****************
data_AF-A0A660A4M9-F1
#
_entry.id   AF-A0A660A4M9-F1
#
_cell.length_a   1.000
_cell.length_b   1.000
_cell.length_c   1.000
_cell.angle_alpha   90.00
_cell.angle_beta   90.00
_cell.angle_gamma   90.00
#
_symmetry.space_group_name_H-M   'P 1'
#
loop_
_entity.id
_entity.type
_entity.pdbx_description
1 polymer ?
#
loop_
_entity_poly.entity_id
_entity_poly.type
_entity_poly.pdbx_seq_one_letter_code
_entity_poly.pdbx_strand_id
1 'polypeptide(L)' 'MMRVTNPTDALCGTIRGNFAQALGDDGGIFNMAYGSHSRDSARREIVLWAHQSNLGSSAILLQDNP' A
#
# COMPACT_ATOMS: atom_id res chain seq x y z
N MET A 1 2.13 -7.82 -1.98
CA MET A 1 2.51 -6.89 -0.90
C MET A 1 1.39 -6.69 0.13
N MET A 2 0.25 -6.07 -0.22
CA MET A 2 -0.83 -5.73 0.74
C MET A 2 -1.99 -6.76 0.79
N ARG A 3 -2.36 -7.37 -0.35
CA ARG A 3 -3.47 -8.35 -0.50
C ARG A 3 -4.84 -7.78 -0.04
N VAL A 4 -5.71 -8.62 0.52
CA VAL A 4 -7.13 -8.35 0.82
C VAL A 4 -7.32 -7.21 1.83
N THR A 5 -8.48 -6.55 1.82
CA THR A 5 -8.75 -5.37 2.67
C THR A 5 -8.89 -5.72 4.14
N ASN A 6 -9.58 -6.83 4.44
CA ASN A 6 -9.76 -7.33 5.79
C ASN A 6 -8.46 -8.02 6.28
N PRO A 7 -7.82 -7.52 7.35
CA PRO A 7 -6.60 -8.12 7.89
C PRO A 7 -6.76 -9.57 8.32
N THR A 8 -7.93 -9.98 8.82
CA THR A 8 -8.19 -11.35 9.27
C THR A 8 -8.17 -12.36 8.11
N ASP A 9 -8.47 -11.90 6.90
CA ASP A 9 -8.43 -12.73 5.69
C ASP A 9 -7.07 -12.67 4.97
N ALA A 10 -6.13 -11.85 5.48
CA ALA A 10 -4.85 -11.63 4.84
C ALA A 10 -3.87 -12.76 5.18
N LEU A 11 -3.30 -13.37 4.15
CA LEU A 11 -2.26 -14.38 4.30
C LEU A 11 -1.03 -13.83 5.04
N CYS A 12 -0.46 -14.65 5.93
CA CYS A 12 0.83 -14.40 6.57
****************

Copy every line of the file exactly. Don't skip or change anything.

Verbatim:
data_AF-A0A660A4M9-F1
#
_entry.id   AF-A0A660A4M9-F1
#
_cell.length_a   1.000
_cell.length_b   1.000
_cell.length_c   1.000
_cell.angle_alpha   90.00
_cell.angle_beta   90.00
_cell.angle_gamma   90.00
#
_symmetry.space_group_name_H-M   'P 1'
#
loop_
_entity.id
_entity.type
_entity.pdbx_description
1 polymer ?
#
loop_
_entity_poly.entity_id
_entity_poly.type
_entity_poly.pdbx_seq_one_letter_code
_entity_poly.pdbx_strand_id
1 'polypeptide(L)' 'MMRVTNPTDALCGTIRGNFAQALGDDGGIFNMAYGSHSRDSARREIVLWAHQSNLGSSAILLQDNP' A
#
# COMPACT_ATOMS: atom_id res chain seq x y z
N MET A 1 2.13 -7.82 -1.98
CA MET A 1 2.51 -6.89 -0.90
C MET A 1 1.39 -6.69 0.13
N MET A 2 0.25 -6.07 -0.22
CA MET A 2 -0.83 -5.73 0.74
C MET A 2 -1.99 -6.76 0.79
N ARG A 3 -2.36 -7.37 -0.35
CA ARG A 3 -3.47 -8.35 -0.50
C ARG A 3 -4.84 -7.78 -0.04
N VAL A 4 -5.71 -8.62 0.52
CA VAL A 4 -7.13 -8.35 0.82
C VAL A 4 -7.32 -7.21 1.83
N THR A 5 -8.48 -6.55 1.82
CA THR A 5 -8.75 -5.37 2.67
C THR A 5 -8.89 -5.72 4.14
N ASN A 6 -9.58 -6.83 4.44
CA ASN A 6 -9.76 -7.33 5.79
C ASN A 6 -8.46 -8.02 6.28
N PRO A 7 -7.82 -7.52 7.35
CA PRO A 7 -6.60 -8.12 7.89
C PRO A 7 -6.76 -9.57 8.32
N THR A 8 -7.93 -9.98 8.82
CA THR A 8 -8.19 -11.35 9.27
C THR A 8 -8.17 -12.36 8.11
N ASP A 9 -8.47 -11.90 6.90
CA ASP A 9 -8.43 -12.73 5.69
C ASP A 9 -7.07 -12.67 4.97
N ALA A 10 -6.13 -11.85 5.48
CA ALA A 10 -4.85 -11.63 4.84
C ALA A 10 -3.87 -12.76 5.18
N LEU A 11 -3.30 -13.37 4.15
CA LEU A 11 -2.26 -14.38 4.30
C LEU A 11 -1.03 -13.83 5.04
N CYS A 12 -0.46 -14.65 5.93
CA CYS A 12 0.83 -14.40 6.57